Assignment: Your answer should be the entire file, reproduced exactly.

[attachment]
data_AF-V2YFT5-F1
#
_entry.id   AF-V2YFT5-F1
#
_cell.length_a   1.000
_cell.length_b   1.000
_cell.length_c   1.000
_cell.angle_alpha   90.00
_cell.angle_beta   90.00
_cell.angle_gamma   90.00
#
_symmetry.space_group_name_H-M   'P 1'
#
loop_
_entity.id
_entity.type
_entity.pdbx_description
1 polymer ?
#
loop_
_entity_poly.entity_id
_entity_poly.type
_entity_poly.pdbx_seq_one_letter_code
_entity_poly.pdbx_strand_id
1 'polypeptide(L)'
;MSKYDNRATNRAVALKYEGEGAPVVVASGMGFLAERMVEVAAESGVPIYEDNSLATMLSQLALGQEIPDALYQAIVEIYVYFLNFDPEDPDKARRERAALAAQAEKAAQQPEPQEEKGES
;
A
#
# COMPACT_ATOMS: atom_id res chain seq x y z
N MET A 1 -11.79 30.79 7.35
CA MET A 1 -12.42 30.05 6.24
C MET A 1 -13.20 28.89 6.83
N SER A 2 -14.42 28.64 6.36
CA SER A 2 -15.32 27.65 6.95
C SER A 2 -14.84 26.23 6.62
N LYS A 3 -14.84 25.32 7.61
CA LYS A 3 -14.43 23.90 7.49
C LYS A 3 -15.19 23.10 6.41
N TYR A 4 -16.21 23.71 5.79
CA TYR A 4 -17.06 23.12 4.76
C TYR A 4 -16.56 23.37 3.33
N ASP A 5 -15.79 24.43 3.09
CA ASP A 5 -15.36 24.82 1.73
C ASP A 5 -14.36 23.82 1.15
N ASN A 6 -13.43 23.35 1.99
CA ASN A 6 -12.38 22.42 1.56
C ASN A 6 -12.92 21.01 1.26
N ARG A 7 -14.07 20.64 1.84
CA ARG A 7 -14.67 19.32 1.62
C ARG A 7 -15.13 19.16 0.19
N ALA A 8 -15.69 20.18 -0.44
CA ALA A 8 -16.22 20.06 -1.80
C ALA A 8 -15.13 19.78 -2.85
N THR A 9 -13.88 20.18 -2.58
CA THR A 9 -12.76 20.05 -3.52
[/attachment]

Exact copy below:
data_AF-V2YFT5-F1
#
_entry.id   AF-V2YFT5-F1
#
_cell.length_a   1.000
_cell.length_b   1.000
_cell.length_c   1.000
_cell.angle_alpha   90.00
_cell.angle_beta   90.00
_cell.angle_gamma   90.00
#
_symmetry.space_group_name_H-M   'P 1'
#
loop_
_entity.id
_entity.type
_entity.pdbx_description
1 polymer ?
#
loop_
_entity_poly.entity_id
_entity_poly.type
_entity_poly.pdbx_seq_one_letter_code
_entity_poly.pdbx_strand_id
1 'polypeptide(L)'
;MSKYDNRATNRAVALKYEGEGAPVVVASGMGFLAERMVEVAAESGVPIYEDNSLATMLSQLALGQEIPDALYQAIVEIYVYFLNFDPEDPDKARRERAALAAQAEKAAQQPEPQEEKGES
;
A
#
# COMPACT_ATOMS: atom_id res chain seq x y z
N MET A 1 -11.79 30.79 7.35
CA MET A 1 -12.42 30.05 6.24
C MET A 1 -13.20 28.89 6.83
N SER A 2 -14.42 28.64 6.36
CA SER A 2 -15.32 27.65 6.95
C SER A 2 -14.84 26.23 6.62
N LYS A 3 -14.84 25.32 7.61
CA LYS A 3 -14.43 23.90 7.49
C LYS A 3 -15.19 23.10 6.41
N TYR A 4 -16.21 23.71 5.79
CA TYR A 4 -17.06 23.12 4.76
C TYR A 4 -16.56 23.37 3.33
N ASP A 5 -15.79 24.43 3.09
CA ASP A 5 -15.36 24.82 1.73
C ASP A 5 -14.36 23.82 1.15
N ASN A 6 -13.43 23.35 1.99
CA ASN A 6 -12.38 22.42 1.56
C ASN A 6 -12.92 21.01 1.26
N ARG A 7 -14.07 20.64 1.84
CA ARG A 7 -14.67 19.32 1.62
C ARG A 7 -15.13 19.16 0.19
N ALA A 8 -15.69 20.18 -0.44
CA ALA A 8 -16.22 20.06 -1.80
C ALA A 8 -15.13 19.78 -2.85
N THR A 9 -13.88 20.18 -2.58
CA THR A 9 -12.76 20.05 -3.52